Artichoke Heart Collective is a Toronto based theatre group that primarily specializes in puppetry for its shows. To kick off my 2014 Toronto Fringe Festival I went and saw Cirqular at the Tarragon Extra Space. The Fringe Festival is not juried and anyone who wins the festival’s lottery can produce a play. Due to this format you really never know what to expect when you see a show. Word of mouth is king as patrons run across town for two weeks trying to find the most creative and interesting shows.
I knew going in to Cirqular that it was a puppet show, but that was all the information I had. Entering the Tarragon Extra space I was struck by the intricacy of the set. There were three specific set pieces, on stage right was a table with watches and a clock, in the middle was a beautiful papier-mâché tree with a cuckoo clock in it and on stage left was another table with a nest and a tiny tea set. Everything was brown and gold creating a very earthy feel. With all the little props it made the stage feel full but also a sense of minimalism was created.
With only three puppeteers/actors on stage the work was cut out for them to play multiple characters. Co-creator and producer Michelle Urbano acted alongside Talia Delcogliano and Aisha Bentham deftly handling the same roles between them. The play did not feature any dialogue but instead noise, grunts and verbal cues were used instead. Urbano excelled at making the audience understand her characters with fantastic sound effects.
The plot of the play is a bit hard to describe in a traditional sense as it is more based in emotions and moments than scenes and structure. The show started out with a shadow play vignette showing a tale of an old lady and a snail like creature that used to be close then something caused them to split up. The cuckoo clock in the middle of the set is wound up everyday by the old lady and it seems to keep her alive. A large egg falls from the sky and a very skeletal like bird hatches and becomes the audiences surrogate for the show. The bird explores the world that is created with confusion much like the audience is watching in wonder. Other characters include a ‘dog-like’ creature that scavengers found items, a nosey woman with a large clock face and eyelashes and a supervisor who belittles the bird to work quicker when employed by the old lady.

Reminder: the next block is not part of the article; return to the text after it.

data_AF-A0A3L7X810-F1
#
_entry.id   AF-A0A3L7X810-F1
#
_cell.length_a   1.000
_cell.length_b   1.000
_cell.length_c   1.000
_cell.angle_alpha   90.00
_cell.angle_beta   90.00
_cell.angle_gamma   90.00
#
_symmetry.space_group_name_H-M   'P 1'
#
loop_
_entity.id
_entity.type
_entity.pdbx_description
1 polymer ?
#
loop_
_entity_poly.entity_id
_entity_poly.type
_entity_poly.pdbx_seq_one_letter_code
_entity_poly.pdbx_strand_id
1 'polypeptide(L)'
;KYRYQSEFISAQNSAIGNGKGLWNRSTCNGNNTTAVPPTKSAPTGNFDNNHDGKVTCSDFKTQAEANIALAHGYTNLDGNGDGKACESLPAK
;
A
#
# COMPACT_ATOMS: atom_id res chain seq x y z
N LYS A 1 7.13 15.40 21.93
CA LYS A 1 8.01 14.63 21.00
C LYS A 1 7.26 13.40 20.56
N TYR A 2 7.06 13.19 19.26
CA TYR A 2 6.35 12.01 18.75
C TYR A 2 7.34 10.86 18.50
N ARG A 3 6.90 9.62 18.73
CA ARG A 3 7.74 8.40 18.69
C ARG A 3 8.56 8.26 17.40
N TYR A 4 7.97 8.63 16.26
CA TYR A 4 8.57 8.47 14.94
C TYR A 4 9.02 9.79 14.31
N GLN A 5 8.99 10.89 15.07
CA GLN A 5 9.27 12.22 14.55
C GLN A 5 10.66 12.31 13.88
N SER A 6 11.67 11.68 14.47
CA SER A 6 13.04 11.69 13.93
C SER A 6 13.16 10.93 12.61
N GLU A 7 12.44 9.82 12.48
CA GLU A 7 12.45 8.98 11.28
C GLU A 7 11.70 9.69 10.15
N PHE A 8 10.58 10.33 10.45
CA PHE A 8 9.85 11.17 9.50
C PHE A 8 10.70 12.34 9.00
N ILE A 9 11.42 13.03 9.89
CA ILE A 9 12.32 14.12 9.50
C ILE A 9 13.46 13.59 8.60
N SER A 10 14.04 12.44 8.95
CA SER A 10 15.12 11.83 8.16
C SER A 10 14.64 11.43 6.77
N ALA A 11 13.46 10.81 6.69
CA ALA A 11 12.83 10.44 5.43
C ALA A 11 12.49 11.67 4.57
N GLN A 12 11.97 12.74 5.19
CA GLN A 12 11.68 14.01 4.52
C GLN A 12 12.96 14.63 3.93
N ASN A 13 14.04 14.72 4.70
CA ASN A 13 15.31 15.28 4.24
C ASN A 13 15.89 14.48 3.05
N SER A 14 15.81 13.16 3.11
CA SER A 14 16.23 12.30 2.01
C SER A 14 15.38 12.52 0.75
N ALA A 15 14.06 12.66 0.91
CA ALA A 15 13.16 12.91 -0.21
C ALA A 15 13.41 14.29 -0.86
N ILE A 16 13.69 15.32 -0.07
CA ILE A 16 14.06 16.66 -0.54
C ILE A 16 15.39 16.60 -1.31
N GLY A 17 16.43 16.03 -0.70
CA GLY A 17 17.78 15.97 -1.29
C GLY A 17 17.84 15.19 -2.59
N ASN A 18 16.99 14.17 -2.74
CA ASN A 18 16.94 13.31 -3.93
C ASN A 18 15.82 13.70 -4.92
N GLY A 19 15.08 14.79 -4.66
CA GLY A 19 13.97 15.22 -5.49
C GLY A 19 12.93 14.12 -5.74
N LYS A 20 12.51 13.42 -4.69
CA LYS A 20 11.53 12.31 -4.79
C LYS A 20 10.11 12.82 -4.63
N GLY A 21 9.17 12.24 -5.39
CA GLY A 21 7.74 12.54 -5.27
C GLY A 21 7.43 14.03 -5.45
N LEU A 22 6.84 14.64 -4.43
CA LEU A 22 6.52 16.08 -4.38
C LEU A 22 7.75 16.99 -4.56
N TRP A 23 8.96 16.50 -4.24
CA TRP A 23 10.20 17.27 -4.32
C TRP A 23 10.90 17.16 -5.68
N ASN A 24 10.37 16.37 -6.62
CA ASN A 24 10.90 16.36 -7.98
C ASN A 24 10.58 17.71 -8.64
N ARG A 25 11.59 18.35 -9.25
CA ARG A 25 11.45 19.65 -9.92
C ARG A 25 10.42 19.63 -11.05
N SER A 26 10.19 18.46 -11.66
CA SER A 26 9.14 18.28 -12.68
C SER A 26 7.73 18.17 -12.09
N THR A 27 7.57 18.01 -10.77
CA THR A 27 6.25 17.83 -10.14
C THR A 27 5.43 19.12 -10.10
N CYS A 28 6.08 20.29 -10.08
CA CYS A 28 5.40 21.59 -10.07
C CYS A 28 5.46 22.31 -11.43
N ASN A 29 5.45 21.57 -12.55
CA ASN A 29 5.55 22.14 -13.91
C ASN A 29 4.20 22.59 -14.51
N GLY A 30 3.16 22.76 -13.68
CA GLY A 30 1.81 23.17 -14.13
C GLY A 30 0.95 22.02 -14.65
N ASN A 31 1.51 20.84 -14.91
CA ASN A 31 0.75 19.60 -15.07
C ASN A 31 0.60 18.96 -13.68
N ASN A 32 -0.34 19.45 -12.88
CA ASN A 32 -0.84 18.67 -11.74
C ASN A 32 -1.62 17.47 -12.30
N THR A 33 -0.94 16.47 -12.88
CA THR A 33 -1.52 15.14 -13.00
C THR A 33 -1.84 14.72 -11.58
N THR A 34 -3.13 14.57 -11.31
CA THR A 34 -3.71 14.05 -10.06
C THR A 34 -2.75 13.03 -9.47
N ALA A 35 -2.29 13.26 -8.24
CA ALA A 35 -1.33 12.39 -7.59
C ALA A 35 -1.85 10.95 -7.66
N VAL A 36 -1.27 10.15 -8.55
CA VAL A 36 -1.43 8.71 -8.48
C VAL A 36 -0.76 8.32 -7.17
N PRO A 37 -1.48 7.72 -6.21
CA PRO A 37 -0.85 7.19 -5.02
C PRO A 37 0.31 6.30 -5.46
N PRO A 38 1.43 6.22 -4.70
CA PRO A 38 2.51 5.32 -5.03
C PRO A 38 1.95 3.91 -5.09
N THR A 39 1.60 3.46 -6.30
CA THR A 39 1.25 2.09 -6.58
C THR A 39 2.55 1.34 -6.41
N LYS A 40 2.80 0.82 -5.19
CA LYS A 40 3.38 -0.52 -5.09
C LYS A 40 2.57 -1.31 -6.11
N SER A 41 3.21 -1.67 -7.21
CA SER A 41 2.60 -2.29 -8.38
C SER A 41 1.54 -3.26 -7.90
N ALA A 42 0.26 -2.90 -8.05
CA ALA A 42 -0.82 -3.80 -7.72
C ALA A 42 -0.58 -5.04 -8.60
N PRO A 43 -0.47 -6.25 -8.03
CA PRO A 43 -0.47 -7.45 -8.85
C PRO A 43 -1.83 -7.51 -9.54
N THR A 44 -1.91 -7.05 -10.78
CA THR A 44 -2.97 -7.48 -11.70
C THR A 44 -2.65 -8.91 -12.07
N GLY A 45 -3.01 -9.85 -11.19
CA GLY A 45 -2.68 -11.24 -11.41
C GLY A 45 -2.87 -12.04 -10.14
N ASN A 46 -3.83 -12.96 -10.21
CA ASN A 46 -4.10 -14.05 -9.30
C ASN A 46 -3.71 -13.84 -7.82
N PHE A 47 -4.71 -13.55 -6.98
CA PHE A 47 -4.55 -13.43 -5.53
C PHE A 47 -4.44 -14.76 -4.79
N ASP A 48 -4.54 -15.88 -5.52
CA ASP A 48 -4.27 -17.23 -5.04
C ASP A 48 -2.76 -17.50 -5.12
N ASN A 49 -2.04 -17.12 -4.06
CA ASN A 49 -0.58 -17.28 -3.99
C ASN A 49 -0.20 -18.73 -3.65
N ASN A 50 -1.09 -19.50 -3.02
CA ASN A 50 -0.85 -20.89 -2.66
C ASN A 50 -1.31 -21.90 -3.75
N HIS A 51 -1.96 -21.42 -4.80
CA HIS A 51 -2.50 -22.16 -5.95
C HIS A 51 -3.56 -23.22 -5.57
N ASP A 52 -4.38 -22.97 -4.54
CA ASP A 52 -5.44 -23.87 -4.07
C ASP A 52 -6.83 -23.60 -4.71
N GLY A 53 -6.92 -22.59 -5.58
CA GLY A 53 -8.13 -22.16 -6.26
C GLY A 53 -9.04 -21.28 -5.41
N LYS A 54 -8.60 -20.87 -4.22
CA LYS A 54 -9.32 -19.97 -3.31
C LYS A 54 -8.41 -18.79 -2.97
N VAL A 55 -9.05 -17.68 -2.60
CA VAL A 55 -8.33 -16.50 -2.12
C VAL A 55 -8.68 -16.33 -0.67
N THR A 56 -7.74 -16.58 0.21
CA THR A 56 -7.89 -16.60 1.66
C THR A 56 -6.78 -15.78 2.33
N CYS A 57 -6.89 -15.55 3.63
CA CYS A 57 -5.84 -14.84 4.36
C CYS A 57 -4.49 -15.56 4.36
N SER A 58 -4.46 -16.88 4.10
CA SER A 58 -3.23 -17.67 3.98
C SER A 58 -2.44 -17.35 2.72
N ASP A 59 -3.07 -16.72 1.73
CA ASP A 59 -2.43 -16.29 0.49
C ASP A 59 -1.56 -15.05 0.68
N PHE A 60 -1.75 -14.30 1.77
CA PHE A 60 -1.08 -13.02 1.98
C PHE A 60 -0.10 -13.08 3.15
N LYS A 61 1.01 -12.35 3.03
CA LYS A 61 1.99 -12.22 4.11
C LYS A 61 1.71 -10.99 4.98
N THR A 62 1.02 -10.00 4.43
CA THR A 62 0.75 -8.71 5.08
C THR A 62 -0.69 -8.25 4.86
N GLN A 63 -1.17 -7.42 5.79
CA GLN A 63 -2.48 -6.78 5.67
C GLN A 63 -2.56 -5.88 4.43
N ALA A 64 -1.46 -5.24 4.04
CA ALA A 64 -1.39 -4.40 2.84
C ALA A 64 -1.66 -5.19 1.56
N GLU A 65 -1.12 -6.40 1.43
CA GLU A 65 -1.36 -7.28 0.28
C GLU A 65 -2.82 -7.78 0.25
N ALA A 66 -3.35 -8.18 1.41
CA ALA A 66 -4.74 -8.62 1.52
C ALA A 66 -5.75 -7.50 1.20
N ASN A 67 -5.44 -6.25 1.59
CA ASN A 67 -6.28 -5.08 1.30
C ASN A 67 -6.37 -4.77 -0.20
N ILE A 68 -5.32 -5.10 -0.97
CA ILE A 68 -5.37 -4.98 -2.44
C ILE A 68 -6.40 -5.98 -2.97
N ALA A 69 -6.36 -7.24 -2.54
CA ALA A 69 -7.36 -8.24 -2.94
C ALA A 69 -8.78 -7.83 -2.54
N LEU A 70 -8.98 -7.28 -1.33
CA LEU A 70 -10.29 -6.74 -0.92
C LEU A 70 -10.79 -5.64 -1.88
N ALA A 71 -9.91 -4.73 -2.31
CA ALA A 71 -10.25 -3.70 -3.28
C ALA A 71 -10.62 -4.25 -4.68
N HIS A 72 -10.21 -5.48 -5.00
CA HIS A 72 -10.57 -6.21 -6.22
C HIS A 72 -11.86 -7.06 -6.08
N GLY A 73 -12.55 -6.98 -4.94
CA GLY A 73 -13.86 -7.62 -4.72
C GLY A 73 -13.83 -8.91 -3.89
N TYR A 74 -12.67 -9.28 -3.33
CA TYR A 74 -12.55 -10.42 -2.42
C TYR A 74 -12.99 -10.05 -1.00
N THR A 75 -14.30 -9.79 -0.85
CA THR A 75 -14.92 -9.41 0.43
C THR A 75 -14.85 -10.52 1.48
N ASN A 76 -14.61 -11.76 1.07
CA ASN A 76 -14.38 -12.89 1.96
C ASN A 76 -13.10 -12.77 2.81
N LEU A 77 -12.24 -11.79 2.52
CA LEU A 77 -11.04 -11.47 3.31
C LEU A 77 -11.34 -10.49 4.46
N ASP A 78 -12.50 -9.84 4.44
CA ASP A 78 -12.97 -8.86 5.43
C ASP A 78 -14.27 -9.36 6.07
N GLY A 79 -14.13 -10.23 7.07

The set pieces and world that was created reminds me of two different inspirations. There was an old Ikea commercial years ago where an old table lamp is thrown out and left on the side of the street, while sad music is playing and rain is falling hard we pity this presumably useless lamp. At the end of the commercial a narrator pops up and asks why we are feeling sorry for the lamp, it was just an intimate object. The second inspiration I had watching this was an animated short that won an Oscar last year called “Mr. Hublot”, a piece where these robot like creatures are made up of clocks and other gadgets and gears but they act just like regular humans. The found objects used by Urbano and co-creator/director Tijiki Morris makes you feel so much towards them, even if they are just inanimate objects.
To add to this world creating that is done in the theatre, the group has Sam Bergmann-Good playing music live on stage while the action is going on. He has a computer and keyboard set up to create and mix live while the action is going on. He doesn’t play traditional music but instead helps create the atmosphere and provide sound effects for the action. There is a great moment when all three puppeteers are working the bird as it is trying to learn to walk and Bergmann-Good plays a note every time it takes a step.
While I felt the play lacked a clear voice of its intentions, the imagery and masterful puppetry is worth admission alone. For 50-minutes you are transported to a world where snails drink tea, repurposed telephones and clocks became characters you empathize with and a mysterious bird learns about life. I don’t think dialogue would have enhanced the show, in fact I think it would take away from the charm but some clearer plotting about the relationship between the old lady and the snail would have been helpful. They repeated the shadow vignette at the end of the show, which cleared up a bit of the plot thankfully (plus seeing the incredibly detailed and tiny slides again was great).
Speaking with Urbano after the show, she told me that she liked the idea that everyone can take what they want out of the show, projecting their own selves and characters into the thick of it. The Fringe is great for groups like Artichoke Heart Collective where the odd and interesting can shine. For more information please see their website or go to any Fringe Festival venue.